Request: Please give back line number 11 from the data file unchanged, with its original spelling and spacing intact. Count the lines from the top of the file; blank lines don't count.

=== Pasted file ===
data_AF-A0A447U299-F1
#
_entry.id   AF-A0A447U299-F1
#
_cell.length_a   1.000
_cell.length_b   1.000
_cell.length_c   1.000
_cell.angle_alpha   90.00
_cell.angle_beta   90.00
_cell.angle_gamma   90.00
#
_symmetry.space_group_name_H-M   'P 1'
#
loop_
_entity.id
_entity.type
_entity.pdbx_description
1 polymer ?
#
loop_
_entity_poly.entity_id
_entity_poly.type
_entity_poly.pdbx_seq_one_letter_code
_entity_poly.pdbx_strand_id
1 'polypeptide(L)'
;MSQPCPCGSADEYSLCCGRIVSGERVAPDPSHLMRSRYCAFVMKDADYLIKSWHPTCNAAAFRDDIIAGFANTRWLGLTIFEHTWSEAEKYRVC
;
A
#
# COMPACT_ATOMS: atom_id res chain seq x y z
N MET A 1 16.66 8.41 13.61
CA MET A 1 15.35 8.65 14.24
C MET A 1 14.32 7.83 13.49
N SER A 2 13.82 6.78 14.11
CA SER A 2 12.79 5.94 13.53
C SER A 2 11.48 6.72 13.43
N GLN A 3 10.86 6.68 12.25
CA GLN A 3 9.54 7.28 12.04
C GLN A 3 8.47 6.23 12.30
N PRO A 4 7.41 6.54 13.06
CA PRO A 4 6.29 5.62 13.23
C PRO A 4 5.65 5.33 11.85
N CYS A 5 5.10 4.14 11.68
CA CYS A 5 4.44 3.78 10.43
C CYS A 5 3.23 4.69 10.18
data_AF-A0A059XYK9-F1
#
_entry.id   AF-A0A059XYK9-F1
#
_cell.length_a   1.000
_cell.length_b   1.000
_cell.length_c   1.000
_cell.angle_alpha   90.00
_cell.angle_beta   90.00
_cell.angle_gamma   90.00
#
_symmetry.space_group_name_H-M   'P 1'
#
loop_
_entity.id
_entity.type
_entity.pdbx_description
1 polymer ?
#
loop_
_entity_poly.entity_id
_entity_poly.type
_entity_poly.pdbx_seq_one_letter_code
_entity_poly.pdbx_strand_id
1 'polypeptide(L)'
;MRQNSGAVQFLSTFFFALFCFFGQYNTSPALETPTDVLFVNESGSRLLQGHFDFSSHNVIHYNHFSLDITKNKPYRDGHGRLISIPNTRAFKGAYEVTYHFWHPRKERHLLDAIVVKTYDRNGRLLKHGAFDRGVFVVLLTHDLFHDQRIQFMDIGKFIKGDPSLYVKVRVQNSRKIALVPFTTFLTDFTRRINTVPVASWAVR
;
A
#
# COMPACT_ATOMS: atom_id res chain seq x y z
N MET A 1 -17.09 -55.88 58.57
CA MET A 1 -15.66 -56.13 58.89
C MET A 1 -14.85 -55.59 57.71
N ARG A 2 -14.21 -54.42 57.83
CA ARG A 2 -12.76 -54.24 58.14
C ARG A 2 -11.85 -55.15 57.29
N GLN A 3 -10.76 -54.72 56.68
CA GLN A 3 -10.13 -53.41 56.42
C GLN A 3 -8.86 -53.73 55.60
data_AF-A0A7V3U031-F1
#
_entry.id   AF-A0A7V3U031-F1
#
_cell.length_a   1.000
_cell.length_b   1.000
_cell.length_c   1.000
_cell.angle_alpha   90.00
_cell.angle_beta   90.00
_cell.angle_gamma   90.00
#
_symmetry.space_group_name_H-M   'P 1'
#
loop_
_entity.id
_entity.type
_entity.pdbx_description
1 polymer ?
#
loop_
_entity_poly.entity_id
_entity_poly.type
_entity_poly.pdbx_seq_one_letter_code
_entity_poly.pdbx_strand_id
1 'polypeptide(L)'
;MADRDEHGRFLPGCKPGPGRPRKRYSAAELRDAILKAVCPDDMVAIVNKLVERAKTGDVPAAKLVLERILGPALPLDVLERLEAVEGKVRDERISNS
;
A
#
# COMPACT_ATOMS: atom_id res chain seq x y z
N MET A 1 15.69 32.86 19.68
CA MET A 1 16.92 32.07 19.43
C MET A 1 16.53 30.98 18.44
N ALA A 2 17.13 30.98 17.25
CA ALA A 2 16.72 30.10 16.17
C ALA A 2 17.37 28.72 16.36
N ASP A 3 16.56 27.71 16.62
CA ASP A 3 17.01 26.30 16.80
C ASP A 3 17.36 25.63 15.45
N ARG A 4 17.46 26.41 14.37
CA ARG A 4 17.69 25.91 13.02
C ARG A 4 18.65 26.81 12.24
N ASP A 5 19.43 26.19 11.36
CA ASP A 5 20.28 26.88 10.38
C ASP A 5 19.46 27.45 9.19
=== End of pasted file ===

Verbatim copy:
#